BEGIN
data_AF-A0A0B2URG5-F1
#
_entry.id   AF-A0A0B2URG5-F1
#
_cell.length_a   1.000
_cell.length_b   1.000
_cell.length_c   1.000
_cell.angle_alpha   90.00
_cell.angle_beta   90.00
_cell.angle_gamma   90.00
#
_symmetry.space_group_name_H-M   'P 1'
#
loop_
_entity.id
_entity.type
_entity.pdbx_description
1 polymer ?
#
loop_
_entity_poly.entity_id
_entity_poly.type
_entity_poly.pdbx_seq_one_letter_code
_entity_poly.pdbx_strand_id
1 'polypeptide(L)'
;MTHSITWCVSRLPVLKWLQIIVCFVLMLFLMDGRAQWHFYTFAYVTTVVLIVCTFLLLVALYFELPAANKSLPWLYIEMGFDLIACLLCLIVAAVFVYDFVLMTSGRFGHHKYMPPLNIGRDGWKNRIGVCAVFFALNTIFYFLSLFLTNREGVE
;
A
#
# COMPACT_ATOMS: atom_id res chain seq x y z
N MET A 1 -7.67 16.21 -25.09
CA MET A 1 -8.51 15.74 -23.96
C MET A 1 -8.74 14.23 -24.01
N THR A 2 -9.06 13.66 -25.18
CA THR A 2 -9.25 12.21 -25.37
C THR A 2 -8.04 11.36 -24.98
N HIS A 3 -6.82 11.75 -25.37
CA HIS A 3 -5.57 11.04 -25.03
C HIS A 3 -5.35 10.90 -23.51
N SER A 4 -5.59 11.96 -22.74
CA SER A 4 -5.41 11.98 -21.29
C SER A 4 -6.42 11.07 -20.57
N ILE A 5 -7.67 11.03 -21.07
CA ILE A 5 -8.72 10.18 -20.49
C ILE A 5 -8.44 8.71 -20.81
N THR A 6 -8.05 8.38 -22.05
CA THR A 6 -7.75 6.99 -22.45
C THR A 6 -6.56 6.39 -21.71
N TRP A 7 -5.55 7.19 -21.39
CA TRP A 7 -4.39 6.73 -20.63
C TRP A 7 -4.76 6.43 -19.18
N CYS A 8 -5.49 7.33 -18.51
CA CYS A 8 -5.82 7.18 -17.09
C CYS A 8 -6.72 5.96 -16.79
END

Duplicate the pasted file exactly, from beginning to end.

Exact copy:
data_AF-A0A0B2URG5-F1
#
_entry.id   AF-A0A0B2URG5-F1
#
_cell.length_a   1.000
_cell.length_b   1.000
_cell.length_c   1.000
_cell.angle_alpha   90.00
_cell.angle_beta   90.00
_cell.angle_gamma   90.00
#
_symmetry.space_group_name_H-M   'P 1'
#
loop_
_entity.id
_entity.type
_entity.pdbx_description
1 polymer ?
#
loop_
_entity_poly.entity_id
_entity_poly.type
_entity_poly.pdbx_seq_one_letter_code
_entity_poly.pdbx_strand_id
1 'polypeptide(L)'
;MTHSITWCVSRLPVLKWLQIIVCFVLMLFLMDGRAQWHFYTFAYVTTVVLIVCTFLLLVALYFELPAANKSLPWLYIEMGFDLIACLLCLIVAAVFVYDFVLMTSGRFGHHKYMPPLNIGRDGWKNRIGVCAVFFALNTIFYFLSLFLTNREGVE
;
A
#
# COMPACT_ATOMS: atom_id res chain seq x y z
N MET A 1 -7.67 16.21 -25.09
CA MET A 1 -8.51 15.74 -23.96
C MET A 1 -8.74 14.23 -24.01
N THR A 2 -9.06 13.66 -25.18
CA THR A 2 -9.25 12.21 -25.37
C THR A 2 -8.04 11.36 -24.98
N HIS A 3 -6.82 11.75 -25.37
CA HIS A 3 -5.57 11.04 -25.03
C HIS A 3 -5.35 10.90 -23.51
N SER A 4 -5.59 11.96 -22.74
CA SER A 4 -5.41 11.98 -21.29
C SER A 4 -6.42 11.07 -20.57
N ILE A 5 -7.67 11.03 -21.07
CA ILE A 5 -8.72 10.18 -20.49
C ILE A 5 -8.44 8.71 -20.81
N THR A 6 -8.05 8.38 -22.05
CA THR A 6 -7.75 6.99 -22.45
C THR A 6 -6.56 6.39 -21.71
N TRP A 7 -5.55 7.19 -21.39
CA TRP A 7 -4.39 6.73 -20.63
C TRP A 7 -4.76 6.43 -19.18
N CYS A 8 -5.49 7.33 -18.51
CA CYS A 8 -5.82 7.18 -17.09
C CYS A 8 -6.72 5.96 -16.79